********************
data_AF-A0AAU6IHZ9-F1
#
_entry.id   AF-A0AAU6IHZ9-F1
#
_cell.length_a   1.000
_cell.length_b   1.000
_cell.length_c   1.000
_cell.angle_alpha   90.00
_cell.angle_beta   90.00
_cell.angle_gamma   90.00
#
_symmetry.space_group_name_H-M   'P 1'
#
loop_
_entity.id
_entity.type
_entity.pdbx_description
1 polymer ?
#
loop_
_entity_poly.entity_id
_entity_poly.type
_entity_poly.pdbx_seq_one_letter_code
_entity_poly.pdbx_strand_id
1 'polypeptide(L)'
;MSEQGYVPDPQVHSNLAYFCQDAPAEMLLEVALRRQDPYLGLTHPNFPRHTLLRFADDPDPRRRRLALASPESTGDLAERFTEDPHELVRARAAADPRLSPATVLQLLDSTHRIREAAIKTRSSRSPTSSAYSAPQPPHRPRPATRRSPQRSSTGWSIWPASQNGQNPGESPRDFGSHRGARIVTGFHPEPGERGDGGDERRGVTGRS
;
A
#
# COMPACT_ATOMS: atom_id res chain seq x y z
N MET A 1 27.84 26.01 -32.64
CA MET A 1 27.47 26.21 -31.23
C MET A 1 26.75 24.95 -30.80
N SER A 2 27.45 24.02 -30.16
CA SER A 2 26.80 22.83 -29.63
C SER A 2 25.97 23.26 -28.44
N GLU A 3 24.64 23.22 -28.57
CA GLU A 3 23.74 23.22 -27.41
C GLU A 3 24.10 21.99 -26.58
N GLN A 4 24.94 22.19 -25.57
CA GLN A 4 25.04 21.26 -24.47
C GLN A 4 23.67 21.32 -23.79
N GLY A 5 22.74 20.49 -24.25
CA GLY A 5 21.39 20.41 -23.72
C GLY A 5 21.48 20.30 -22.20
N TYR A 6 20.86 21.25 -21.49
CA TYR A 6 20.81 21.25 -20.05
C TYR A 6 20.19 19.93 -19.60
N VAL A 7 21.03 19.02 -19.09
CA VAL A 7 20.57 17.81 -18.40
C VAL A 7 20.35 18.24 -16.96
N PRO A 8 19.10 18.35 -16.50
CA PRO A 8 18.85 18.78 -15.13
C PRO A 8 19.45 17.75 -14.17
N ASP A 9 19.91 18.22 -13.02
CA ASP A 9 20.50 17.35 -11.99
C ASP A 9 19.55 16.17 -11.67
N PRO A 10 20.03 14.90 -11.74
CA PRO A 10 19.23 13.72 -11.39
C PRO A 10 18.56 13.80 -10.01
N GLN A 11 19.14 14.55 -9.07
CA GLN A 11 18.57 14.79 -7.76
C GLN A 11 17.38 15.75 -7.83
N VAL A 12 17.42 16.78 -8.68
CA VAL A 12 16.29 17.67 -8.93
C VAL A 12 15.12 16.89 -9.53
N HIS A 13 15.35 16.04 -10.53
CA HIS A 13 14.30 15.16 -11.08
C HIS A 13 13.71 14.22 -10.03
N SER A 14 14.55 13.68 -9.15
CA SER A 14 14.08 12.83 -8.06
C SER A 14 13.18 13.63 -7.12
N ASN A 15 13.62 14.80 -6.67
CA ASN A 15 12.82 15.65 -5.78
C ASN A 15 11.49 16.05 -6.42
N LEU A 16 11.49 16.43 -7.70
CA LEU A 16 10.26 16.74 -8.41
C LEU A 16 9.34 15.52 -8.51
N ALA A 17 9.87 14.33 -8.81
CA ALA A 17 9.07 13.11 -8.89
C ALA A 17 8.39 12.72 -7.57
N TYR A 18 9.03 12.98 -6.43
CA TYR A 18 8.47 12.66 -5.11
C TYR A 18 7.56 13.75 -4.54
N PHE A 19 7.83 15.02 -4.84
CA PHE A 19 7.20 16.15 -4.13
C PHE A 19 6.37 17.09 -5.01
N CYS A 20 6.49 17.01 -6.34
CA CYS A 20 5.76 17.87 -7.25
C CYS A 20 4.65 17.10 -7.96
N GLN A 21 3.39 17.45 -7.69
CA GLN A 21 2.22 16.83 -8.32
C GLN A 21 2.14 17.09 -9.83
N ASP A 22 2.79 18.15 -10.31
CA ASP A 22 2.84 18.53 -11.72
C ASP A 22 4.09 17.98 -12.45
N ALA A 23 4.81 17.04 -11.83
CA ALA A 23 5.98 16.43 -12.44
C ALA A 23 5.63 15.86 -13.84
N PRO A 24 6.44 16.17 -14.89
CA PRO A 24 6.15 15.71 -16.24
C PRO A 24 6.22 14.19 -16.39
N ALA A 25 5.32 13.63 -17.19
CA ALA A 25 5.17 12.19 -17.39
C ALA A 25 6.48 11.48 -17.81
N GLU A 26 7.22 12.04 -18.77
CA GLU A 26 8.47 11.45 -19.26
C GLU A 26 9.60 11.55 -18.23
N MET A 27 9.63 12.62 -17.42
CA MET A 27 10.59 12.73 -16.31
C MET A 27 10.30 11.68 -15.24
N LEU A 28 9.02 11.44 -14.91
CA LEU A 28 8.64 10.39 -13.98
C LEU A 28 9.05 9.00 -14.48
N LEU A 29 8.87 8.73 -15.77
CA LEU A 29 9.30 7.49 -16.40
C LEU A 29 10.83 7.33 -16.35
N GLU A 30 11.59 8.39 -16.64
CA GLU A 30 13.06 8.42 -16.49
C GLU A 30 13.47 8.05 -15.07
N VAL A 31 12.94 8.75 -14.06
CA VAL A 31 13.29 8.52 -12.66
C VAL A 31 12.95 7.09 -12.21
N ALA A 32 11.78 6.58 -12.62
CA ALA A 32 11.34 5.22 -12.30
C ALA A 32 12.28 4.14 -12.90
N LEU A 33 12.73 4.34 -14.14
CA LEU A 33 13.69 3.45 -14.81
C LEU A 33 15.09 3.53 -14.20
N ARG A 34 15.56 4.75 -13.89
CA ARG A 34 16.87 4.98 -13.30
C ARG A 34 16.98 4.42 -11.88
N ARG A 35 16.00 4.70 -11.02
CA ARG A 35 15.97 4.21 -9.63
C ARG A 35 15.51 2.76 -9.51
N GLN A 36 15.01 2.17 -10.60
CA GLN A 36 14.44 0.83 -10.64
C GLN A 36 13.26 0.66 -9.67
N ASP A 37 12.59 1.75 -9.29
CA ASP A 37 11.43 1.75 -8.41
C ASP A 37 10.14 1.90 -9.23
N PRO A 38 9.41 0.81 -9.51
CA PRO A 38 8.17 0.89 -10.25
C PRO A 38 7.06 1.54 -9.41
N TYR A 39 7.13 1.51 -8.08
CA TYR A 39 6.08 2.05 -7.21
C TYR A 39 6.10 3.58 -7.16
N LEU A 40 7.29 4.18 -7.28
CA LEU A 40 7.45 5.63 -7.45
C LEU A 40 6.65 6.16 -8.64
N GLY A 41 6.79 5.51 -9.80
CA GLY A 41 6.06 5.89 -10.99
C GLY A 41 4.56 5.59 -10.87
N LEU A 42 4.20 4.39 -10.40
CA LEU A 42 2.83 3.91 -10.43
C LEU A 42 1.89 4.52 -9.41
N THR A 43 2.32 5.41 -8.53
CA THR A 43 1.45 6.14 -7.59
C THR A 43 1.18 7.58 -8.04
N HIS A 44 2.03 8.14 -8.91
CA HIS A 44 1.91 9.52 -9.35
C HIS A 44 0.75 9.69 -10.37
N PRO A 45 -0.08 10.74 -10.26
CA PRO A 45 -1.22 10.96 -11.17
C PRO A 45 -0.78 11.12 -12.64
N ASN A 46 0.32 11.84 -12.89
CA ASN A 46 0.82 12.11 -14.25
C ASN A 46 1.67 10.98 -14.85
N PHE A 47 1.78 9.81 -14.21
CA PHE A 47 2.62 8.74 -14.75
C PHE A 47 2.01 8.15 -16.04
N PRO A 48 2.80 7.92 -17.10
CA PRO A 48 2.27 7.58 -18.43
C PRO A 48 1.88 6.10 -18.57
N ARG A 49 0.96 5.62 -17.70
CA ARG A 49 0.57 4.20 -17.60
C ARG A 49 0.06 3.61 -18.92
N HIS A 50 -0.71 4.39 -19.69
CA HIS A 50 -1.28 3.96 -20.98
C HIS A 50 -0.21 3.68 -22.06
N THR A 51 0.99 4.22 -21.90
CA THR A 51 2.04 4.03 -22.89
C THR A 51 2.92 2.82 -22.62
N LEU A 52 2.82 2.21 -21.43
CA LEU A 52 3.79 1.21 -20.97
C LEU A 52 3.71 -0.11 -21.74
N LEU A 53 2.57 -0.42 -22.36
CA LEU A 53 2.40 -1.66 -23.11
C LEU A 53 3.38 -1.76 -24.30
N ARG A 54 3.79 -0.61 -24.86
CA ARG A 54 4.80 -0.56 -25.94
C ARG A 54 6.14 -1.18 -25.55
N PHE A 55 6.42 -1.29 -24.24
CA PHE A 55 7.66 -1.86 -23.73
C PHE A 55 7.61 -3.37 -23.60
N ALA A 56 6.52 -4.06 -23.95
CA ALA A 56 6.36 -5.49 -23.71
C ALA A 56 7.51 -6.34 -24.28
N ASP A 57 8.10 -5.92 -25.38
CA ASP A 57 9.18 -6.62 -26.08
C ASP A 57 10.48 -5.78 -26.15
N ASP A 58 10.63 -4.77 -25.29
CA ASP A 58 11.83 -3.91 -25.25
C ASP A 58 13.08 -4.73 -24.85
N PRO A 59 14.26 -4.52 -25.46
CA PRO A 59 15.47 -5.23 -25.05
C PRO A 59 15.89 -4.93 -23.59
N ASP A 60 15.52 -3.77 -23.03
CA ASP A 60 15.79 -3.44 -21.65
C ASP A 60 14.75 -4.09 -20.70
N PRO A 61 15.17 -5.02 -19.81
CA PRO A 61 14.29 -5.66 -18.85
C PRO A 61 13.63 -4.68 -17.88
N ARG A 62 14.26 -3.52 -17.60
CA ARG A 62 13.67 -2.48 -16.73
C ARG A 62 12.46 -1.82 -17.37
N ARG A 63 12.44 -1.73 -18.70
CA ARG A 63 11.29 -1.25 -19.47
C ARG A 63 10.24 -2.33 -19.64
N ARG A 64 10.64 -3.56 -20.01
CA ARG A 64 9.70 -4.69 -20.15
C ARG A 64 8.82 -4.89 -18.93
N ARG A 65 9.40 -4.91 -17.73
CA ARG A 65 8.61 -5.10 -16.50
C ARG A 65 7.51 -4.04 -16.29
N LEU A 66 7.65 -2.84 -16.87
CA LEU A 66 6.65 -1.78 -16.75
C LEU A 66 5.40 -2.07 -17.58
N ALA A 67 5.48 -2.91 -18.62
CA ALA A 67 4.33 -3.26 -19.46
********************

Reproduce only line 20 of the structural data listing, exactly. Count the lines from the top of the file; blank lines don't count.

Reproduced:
loop_